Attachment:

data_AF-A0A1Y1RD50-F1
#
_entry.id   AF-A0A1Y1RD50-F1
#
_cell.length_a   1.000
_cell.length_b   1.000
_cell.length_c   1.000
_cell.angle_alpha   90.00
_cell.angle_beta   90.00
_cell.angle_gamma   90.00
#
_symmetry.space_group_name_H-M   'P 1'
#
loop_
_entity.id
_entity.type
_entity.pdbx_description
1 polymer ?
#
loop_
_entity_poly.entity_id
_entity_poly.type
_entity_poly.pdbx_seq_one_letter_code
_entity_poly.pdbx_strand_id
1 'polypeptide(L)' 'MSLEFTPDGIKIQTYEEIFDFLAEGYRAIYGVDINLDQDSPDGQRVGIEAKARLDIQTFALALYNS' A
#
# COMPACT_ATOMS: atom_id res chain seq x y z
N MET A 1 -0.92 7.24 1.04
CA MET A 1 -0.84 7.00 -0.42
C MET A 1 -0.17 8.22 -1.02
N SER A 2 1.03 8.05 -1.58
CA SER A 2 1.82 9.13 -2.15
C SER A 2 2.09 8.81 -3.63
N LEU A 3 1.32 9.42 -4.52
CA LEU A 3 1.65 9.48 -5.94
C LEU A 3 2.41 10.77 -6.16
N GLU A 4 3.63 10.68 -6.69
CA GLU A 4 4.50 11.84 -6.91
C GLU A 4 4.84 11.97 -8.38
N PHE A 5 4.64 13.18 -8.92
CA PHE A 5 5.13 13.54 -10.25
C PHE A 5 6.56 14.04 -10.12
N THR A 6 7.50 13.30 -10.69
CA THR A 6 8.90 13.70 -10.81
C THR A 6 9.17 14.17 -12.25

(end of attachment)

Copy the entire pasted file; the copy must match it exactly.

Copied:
data_AF-A0A1Y1RD50-F1
#
_entry.id   AF-A0A1Y1RD50-F1
#
_cell.length_a   1.000
_cell.length_b   1.000
_cell.length_c   1.000
_cell.angle_alpha   90.00
_cell.angle_beta   90.00
_cell.angle_gamma   90.00
#
_symmetry.space_group_name_H-M   'P 1'
#
loop_
_entity.id
_entity.type
_entity.pdbx_description
1 polymer ?
#
loop_
_entity_poly.entity_id
_entity_poly.type
_entity_poly.pdbx_seq_one_letter_code
_entity_poly.pdbx_strand_id
1 'polypeptide(L)' 'MSLEFTPDGIKIQTYEEIFDFLAEGYRAIYGVDINLDQDSPDGQRVGIEAKARLDIQTFALALYNS' A
#
# COMPACT_ATOMS: atom_id res chain seq x y z
N MET A 1 -0.92 7.24 1.04
CA MET A 1 -0.84 7.00 -0.42
C MET A 1 -0.17 8.22 -1.02
N SER A 2 1.03 8.05 -1.58
CA SER A 2 1.82 9.13 -2.15
C SER A 2 2.09 8.81 -3.63
N LEU A 3 1.32 9.42 -4.52
CA LEU A 3 1.65 9.48 -5.94
C LEU A 3 2.41 10.77 -6.16
N GLU A 4 3.63 10.68 -6.69
CA GLU A 4 4.50 11.84 -6.91
C GLU A 4 4.84 11.97 -8.38
N PHE A 5 4.64 13.18 -8.92
CA PHE A 5 5.13 13.54 -10.25
C PHE A 5 6.56 14.04 -10.12
N THR A 6 7.50 13.30 -10.69
CA THR A 6 8.90 13.70 -10.81
C THR A 6 9.17 14.17 -12.25